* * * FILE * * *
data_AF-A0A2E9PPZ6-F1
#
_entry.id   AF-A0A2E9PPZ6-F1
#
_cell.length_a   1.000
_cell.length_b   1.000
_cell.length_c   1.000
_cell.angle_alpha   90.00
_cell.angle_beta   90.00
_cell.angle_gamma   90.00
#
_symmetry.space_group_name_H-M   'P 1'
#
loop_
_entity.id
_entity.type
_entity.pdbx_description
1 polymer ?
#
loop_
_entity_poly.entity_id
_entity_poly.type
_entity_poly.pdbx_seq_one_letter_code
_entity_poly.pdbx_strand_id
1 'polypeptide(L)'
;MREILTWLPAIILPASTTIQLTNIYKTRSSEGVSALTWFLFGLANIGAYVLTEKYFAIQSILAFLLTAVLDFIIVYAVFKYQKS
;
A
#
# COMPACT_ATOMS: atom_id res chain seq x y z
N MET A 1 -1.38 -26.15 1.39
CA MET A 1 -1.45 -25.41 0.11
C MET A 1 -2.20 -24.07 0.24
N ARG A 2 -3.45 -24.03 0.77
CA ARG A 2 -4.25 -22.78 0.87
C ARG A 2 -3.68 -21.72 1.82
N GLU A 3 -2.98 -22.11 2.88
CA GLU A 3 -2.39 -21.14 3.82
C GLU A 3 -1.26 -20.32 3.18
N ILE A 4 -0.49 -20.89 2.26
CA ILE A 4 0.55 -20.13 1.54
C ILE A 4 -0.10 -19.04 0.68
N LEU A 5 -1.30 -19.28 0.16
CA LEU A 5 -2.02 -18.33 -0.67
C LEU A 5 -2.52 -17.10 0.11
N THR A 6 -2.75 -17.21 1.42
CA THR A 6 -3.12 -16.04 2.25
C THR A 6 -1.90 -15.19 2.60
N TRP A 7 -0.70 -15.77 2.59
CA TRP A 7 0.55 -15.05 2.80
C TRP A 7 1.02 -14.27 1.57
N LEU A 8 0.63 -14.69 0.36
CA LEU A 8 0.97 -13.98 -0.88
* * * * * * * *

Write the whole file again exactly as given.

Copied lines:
data_AF-A0A2E9PPZ6-F1
#
_entry.id   AF-A0A2E9PPZ6-F1
#
_cell.length_a   1.000
_cell.length_b   1.000
_cell.length_c   1.000
_cell.angle_alpha   90.00
_cell.angle_beta   90.00
_cell.angle_gamma   90.00
#
_symmetry.space_group_name_H-M   'P 1'
#
loop_
_entity.id
_entity.type
_entity.pdbx_description
1 polymer ?
#
loop_
_entity_poly.entity_id
_entity_poly.type
_entity_poly.pdbx_seq_one_letter_code
_entity_poly.pdbx_strand_id
1 'polypeptide(L)'
;MREILTWLPAIILPASTTIQLTNIYKTRSSEGVSALTWFLFGLANIGAYVLTEKYFAIQSILAFLLTAVLDFIIVYAVFKYQKS
;
A
#
# COMPACT_ATOMS: atom_id res chain seq x y z
N MET A 1 -1.38 -26.15 1.39
CA MET A 1 -1.45 -25.41 0.11
C MET A 1 -2.20 -24.07 0.24
N ARG A 2 -3.45 -24.03 0.77
CA ARG A 2 -4.25 -22.78 0.87
C ARG A 2 -3.68 -21.72 1.82
N GLU A 3 -2.98 -22.11 2.88
CA GLU A 3 -2.39 -21.14 3.82
C GLU A 3 -1.26 -20.32 3.18
N ILE A 4 -0.49 -20.89 2.26
CA ILE A 4 0.55 -20.13 1.54
C ILE A 4 -0.10 -19.04 0.68
N LEU A 5 -1.30 -19.28 0.16
CA LEU A 5 -2.02 -18.33 -0.67
C LEU A 5 -2.52 -17.10 0.11
N THR A 6 -2.75 -17.21 1.42
CA THR A 6 -3.12 -16.04 2.25
C THR A 6 -1.90 -15.19 2.60
N TRP A 7 -0.70 -15.77 2.59
CA TRP A 7 0.55 -15.05 2.80
C TRP A 7 1.02 -14.27 1.57
N LEU A 8 0.63 -14.69 0.36
CA LEU A 8 0.97 -13.98 -0.88